Director ……………Jason Moore Set floor & costume design …. Ian Nicholas Sound/Lighting design .… Jonny Danciger
When a stranger walks onto the train platform he has no idea what awaits him. Spotting the two friends already on the platform, who are deep in conversation what happens when they finally stop to engage with him?
The madness of the storyline mimics the chaos and uncertainty that could be found on a train platform. Nobody is sure when and where the next train is due. As he goes into the station offices to attempt to find someone who might know he discovers they have no idea either.
The script is disjointed and disorganised at times. Then it’s described as a play that doesn’t “take itself seriously ” and certainly lives up to the claim.
There are comedy moments within the script. With elements of the BBC comedy series A League of Gentlemen surreal ideas and formula running through it. I don’t particularly find this comedy funny. However, the audience was laughing most of the way through it.
The two against one ratio of male to female actors deliver a hard-hitting story where Sophie recalls her first sexual encounter at school with the school’s “catch” Jamie McDonald, who transpires to be a sleazy sexual predator with no regard for anyone else’s feelings or boundaries.
Although the title appears to have a sexual connotation. The reference is made to the toxic male’s behaviour against the female. You can behave however you like and then simply “Spit her out” without any thoughts or consideration about the damage their behaviour has caused.
The hard-hitting musical production highlights that society still has a long way to go in changing the attitudes and ideas of what is acceptable and not acceptable behaviour towards women. There is no doubt that any form of forced sexual behaviour is a crime.
Toxic masculinity dominates the performance. Even when Sophie begins to talk about her experiences and reactions to her current boyfriend’s sexual preferences which make her uncomfortable. Her two male counterparts sing or speak over her, drowning out any opinions that she has or manipulating the events to fit their narrative over hers.
With sexual assault cases on the rise and prosecution levels extremely low. A huge amount of work is left to be done in our justice system to bring perpetrators to court and charged for these heinous crimes they subject their victims to.
Prepare to be challenged and feel uncomfortable throughout the performance. After all these subjects are not meant to be comfortable viewing.
For more information on this production please visit the link below. If you have been affected by any of the topics mentioned above there are a couple of website links you can access.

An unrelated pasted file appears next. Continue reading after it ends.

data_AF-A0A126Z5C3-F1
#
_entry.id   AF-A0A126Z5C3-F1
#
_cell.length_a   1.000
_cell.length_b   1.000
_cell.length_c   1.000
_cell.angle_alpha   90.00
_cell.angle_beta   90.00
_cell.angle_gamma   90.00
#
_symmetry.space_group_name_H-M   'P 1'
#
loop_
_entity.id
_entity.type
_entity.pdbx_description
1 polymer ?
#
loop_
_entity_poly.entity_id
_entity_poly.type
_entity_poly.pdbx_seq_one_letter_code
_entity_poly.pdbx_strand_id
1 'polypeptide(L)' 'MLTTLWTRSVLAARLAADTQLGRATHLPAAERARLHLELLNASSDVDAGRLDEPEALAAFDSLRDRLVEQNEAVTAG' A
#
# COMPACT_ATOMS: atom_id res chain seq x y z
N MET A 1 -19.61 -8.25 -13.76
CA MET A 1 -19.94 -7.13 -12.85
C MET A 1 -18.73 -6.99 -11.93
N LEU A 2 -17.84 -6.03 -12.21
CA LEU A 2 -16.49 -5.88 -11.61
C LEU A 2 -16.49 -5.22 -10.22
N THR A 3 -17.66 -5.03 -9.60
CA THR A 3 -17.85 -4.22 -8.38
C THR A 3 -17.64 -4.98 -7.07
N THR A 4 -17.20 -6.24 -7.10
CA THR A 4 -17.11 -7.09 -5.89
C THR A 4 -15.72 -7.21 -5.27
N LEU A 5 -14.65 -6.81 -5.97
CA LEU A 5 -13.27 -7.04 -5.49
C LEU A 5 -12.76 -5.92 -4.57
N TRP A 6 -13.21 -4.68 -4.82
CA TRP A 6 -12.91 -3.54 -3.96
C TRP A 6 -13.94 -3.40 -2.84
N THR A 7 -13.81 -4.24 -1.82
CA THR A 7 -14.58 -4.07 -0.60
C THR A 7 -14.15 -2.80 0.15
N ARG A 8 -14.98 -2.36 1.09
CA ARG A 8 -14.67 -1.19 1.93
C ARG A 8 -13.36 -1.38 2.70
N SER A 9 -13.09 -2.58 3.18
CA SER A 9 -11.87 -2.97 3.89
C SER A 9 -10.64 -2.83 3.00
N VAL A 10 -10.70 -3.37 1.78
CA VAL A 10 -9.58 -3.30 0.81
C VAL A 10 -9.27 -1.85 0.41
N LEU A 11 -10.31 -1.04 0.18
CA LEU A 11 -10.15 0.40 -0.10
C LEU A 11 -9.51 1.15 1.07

For many years certain men, especially those in a position of power were allowed to get away with the most horrendous sexual misconduct against women. Victims of these abusers were sometimes known for colluding with them out of fear their careers would be finished and exposed. Meaning that the cycle escalated the crimes further enabling the abuser to continue.
World Wide Web by Linda Morse uses events similar to these in her play. Jess (Holly Cassidy) is a promising newly discovered working-class artist about to be launched next to her icon and now rival Minnie Goldchild (Tori Deffee). Jess believes Annette Seymour (Sarah-Jayne Wareham) owns the gallery and upon learning the truth everything begins to fall apart.
While awaiting trial gallery owner Sir Humphrey Neville-Wright (Neil Gwynne) known to his friends as “Humpty” is using his status and gallery contacts to launch a young new female artist with strong working-class roots. Could Jess become his next victim?
As the twisted story behind his sleazy activities is unravelled at quite a pace by Jess the level of disgust and uncomfortable watching rise within the auditorium. Especially as Humpty’s behaviour hasn’t changed even in the light of his upcoming case.
The plot is cleverly crafted and written with so many uncomfortable truths about how and why these men were allowed and enabled to continue on their paths destroying women’s lives in their wake. Be prepared for a challenging watch.
With a few edits to the script, this play can be held as an important part of documenting the disgusting practices that have taken place for many years to help launch very talented people, through unscrupulous manipulative alpha males. Using Jess’s position and talents as a powerful example that fame and money don’t need to be obtained through “sexual favours”.
For more information on this production please visit the link below.